What Causes Nervous Breakdown?
In order to deal properly with nervous breakdown we need to understand and — if possible — remove the underlying causes and risk factors.
We need to ask: "What else is going on inside the body that might allow nervous breakdown to develop?"
Diagnose your symptoms now!
- check your overall health status
- understand what's happening to your body
- have a doctor review your case (optional)
Accurate diagnosis of the factors behind nervous breakdown consists of three steps:
Step 1: List the Possible Causative Factors
Identify all disease conditions, lifestyle choices and environmental risk factors that can lead to nervous breakdown. Here are five possibilities:
- Alcohol Consequences
Step 2: Build a Symptom Checklist
Identify all possible symptoms and risk factors of each possible cause, and check the ones that apply:
frequent bizarre dreams
excellent HDL cholesterol level
high diastolic blood pressure
regular unexplained sadness/crying
antidepressant drug use
premenstrual abdominal bloating
regular night terrors
... and more than 80 others
Step 3: Rule Out or Confirm each Possible Cause
A differential diagnosis of your symptoms and risk factors finds the likely cause of nervous breakdown:
* This is a simple example to illustrate the process
Arriving at a Correct Diagnosis
is our online diagnosis tool that learns all about you through a straightforward process of multi-level questioning, providing diagnosis at the end.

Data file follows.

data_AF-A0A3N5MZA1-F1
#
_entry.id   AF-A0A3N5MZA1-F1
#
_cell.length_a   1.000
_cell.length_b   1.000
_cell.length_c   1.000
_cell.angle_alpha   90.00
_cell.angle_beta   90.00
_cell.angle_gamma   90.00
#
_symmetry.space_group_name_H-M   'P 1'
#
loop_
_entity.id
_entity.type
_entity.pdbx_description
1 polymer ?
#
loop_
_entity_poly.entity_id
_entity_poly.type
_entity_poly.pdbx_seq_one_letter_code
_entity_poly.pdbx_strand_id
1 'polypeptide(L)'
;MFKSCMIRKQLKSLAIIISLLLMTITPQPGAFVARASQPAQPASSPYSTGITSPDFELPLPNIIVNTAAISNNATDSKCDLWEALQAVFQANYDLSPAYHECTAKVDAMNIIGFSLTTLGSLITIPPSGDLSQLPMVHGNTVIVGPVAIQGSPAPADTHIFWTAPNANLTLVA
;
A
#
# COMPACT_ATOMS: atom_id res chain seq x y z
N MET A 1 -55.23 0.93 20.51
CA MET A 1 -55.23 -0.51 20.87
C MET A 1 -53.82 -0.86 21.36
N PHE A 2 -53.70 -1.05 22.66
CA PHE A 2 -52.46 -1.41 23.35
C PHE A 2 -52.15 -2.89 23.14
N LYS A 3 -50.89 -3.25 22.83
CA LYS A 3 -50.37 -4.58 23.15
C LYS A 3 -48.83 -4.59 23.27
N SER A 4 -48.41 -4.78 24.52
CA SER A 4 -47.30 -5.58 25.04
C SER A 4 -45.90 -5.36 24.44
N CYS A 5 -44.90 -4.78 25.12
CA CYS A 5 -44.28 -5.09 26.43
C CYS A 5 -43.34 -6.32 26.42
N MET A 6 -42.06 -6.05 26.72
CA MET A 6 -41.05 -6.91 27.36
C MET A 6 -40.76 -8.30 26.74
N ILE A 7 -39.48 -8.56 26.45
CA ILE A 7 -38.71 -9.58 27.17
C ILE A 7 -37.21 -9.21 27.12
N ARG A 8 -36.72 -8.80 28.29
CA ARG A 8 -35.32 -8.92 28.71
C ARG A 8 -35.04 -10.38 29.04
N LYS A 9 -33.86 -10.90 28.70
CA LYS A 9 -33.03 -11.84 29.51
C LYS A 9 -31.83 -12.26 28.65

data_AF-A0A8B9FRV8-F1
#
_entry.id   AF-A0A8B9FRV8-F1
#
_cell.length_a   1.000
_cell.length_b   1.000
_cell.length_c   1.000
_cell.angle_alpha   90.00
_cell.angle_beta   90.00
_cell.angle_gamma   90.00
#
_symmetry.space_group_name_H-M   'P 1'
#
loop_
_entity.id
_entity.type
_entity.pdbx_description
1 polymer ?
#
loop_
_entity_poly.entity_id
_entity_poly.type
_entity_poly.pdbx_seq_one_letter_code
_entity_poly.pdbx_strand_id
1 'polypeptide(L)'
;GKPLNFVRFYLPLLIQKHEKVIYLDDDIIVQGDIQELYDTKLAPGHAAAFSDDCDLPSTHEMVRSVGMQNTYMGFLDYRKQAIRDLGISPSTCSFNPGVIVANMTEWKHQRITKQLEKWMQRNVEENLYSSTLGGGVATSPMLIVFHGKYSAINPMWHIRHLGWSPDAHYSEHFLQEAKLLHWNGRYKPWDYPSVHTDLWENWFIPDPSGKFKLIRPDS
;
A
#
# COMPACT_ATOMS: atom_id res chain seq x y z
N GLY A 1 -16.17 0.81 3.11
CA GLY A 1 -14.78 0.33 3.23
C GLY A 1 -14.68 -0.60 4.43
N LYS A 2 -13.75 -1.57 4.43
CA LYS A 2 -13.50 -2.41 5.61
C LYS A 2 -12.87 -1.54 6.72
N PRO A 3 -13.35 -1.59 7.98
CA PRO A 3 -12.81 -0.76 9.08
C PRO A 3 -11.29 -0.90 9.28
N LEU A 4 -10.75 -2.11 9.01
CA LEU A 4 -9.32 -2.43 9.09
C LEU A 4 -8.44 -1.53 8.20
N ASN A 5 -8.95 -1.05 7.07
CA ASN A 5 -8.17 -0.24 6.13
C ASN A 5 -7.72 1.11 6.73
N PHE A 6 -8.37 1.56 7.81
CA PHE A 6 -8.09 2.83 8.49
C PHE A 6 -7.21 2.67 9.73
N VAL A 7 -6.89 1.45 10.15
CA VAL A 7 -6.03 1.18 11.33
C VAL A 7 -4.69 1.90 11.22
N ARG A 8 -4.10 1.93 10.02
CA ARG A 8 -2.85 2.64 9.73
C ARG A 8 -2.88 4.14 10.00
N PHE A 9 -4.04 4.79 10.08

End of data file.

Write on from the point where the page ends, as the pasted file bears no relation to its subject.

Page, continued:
In the Emotional Symptoms
section of the questionnaire, The Analyst™
will ask the following question about nervous breakdowns:
Have you had any Nervous Breakdowns?
→ Never had one / don't know
→ Probably had one/minor episode(s) now resolved
→ Major episode(s) now resolved
→ Current minor problem
→ Current major problem
Based on your response to this question, which may indicate either history of nervous breakdowns or nervous breakdowns, The Analyst™
will consider possibilities such as:
Anxiety surrounding major life changes such as divorce, unemployment, pregnancy, labor, motherhood or menopause, can contribute to a nervous breakdown.
There is always a trigger for a nervous breakdown, but underlying contributing factors such as depression are normally present.
Concerned or curious about your health? Try The Analyst™